I am a fan of Haruki Murakami’s novels: I appreciate his perfectionism with respect to the craft of writing, and the care with which he creates his worlds and characters. But the book I have most cited and recommended to others is his memoir, What I Talk About When I Talk About Running. It has advice I have applied to my life as a writer and a runner, especially the idea that writing, like running, is a muscular endeavor that requires daily practice to strengthen. And I liked hearing what I believed to be his true voice—the voice he used to talk about himself and his life, not the performative one playing the part of storyteller.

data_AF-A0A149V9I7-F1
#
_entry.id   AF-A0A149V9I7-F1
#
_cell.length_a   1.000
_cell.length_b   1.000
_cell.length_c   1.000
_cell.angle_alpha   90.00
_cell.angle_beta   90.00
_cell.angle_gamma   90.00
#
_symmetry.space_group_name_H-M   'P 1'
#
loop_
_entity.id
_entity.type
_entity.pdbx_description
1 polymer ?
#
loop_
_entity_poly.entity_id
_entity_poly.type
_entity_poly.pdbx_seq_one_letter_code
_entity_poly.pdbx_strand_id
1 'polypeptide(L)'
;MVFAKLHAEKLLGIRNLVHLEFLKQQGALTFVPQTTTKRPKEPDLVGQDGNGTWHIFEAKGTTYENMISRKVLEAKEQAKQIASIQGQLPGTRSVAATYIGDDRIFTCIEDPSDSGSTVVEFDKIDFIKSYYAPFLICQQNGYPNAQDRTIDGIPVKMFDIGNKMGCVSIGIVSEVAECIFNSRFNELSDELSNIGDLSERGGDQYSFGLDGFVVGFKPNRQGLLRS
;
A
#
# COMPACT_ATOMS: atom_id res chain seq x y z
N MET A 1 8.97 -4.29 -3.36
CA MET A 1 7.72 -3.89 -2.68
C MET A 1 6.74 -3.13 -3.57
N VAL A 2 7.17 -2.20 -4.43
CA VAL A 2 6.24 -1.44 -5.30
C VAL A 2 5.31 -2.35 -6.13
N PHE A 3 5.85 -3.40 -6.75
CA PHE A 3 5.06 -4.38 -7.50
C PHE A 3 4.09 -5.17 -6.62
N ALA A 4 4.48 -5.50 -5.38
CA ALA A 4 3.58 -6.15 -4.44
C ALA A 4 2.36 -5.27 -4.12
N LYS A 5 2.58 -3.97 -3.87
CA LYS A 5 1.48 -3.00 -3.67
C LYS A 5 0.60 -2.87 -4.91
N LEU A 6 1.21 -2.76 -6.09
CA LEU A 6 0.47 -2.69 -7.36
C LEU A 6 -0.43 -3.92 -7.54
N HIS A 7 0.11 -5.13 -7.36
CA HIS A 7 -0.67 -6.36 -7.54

Many of you are writers, by vocation or avocation, while others are not but have a story to tell. We thought that now—a time when so many are sheltering at home, filling the days with Zoom calls and the evenings with Netflix—might be the right time to suggest that you carve out a few hours to tell those true stories you’ve been meaning to share.
Please send your essay to me at email@example.com by May 30. We’ll publish our favorites this summer at Stanfordmag.org.
Jill Patton, ’03, MA ’04, is the senior editor of Stanford.